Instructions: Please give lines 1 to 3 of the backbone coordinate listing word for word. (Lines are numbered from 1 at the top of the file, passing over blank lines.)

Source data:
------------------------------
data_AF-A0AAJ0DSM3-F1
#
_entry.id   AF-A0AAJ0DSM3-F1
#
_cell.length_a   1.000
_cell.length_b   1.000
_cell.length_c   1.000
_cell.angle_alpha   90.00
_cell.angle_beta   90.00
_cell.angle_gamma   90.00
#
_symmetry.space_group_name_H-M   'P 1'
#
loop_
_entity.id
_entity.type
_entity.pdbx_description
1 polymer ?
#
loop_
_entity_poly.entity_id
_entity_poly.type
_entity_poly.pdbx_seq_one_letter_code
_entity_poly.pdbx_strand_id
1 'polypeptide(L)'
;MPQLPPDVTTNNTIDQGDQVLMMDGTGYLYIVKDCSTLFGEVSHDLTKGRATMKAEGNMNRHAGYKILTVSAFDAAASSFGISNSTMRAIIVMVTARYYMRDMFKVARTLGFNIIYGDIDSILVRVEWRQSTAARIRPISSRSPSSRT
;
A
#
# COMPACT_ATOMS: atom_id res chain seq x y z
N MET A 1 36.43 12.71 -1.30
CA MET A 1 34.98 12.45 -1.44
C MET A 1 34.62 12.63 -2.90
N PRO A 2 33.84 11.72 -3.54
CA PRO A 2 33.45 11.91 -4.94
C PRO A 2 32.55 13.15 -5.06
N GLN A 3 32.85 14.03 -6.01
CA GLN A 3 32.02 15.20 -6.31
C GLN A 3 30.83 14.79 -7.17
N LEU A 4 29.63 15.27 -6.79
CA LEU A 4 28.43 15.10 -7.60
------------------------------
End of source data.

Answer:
data_AF-A0AAJ0DSM3-F1
#
_entry.id   AF-A0AAJ0DSM3-F1